Learn how to configure an Android service and create an Android mobile application in Campaign. This step is required so that you can define the target mobile application for the push notification.
In this video, you will learn how to configure an Android service, and create an Android mobile application on Campaign.
I’ve installed a demo mobile app called NeoTrip on my Android phone. Is has the Campaign mobile STK installed, with the endpoints and some additional parameters that will be passed to Campaign when calling the Campaign mobile STK.
The mobile STK is a piece of code that allows the mobile application to communicate with Campaign. For example, to register to a subscription service, and to send back the tracking information to Campaign when the user clicks on a notification.
You can find instructions on how to integrate the mobile STK in the product guide.
Before I can start sending push notifications to the app, I will need to configure it in Campaign.
Let’s start by creating a new service.
In Adobe Campaign on the explorer tab, navigate to profiles and targets, and then to services and subscriptions.
For this demo I will create the service in a new sub-folder. I will call this folder: mobile applications demo.
Now I’ll click on create to create the service itself.
I will call it: mobile app one demo.
On the dropdown, I will select mobile application.
Once I save, the new service is available. The next step is to configure my mobile application for the service.
Click on add, and here you can select if you want to create iOS, Android, or both. So I’ll select the Android application. Click on next. I will call it: Android app.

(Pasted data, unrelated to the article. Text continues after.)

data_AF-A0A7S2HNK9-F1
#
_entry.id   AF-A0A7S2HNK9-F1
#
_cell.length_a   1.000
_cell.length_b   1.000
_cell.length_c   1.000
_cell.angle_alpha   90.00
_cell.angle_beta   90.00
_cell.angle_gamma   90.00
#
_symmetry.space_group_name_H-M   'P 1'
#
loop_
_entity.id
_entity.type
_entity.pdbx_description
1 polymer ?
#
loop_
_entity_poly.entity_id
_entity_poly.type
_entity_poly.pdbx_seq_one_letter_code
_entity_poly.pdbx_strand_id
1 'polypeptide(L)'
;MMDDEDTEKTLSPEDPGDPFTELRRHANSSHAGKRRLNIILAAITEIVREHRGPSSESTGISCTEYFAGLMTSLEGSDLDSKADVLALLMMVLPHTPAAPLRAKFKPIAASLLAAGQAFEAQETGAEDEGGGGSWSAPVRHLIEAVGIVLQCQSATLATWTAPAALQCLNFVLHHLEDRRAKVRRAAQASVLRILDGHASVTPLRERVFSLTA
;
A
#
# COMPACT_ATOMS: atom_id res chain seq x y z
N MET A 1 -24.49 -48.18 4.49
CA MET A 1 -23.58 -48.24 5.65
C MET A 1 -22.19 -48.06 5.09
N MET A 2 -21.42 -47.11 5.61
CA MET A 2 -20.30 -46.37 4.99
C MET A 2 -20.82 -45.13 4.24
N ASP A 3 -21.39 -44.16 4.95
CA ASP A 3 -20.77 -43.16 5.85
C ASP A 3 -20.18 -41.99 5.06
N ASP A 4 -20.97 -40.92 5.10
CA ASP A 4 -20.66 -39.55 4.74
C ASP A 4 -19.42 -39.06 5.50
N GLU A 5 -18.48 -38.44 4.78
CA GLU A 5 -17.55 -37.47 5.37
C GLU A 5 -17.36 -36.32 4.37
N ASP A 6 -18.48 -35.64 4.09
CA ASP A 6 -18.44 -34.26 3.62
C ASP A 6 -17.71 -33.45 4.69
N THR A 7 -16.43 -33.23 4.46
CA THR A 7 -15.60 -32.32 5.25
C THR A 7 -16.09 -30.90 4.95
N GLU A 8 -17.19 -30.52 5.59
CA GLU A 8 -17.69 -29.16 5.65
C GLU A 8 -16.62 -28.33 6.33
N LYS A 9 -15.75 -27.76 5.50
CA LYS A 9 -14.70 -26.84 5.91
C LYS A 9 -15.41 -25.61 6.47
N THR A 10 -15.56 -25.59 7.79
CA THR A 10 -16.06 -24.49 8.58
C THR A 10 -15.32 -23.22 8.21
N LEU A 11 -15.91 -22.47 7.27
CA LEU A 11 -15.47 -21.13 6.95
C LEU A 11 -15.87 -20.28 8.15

The integration key is used by Campaign to identify the mobile application. It is defined in Adobe Campaign, as well as in the application code via the STK.
In general, you have two options. You can either use the key that is generated by Campaign automatically, and add it to the STK, or since the integration key is fully customizable with a string value, you can add the one the mobile app developer might have provided you with. Just make sure that the value you enter is exactly the same as the one specified in the STK. I will add the integration key, that I have received from my mobile developer.
I will also add the android icon from the Campaign library. That makes it easier to find the service later on.
Now we will need to configure the connection settings. These allow Campaign to connect to the Google server for authentication and sending the payload, et cetera.
Two versions are available: HTTP and HTTPv1. The HTTP is flagged as legacy by Google, and Google is advising customers to switch to HTTPv1 where possible. For more information on HTTPv1 and how to migrate, please visit the Google Firebase documentation.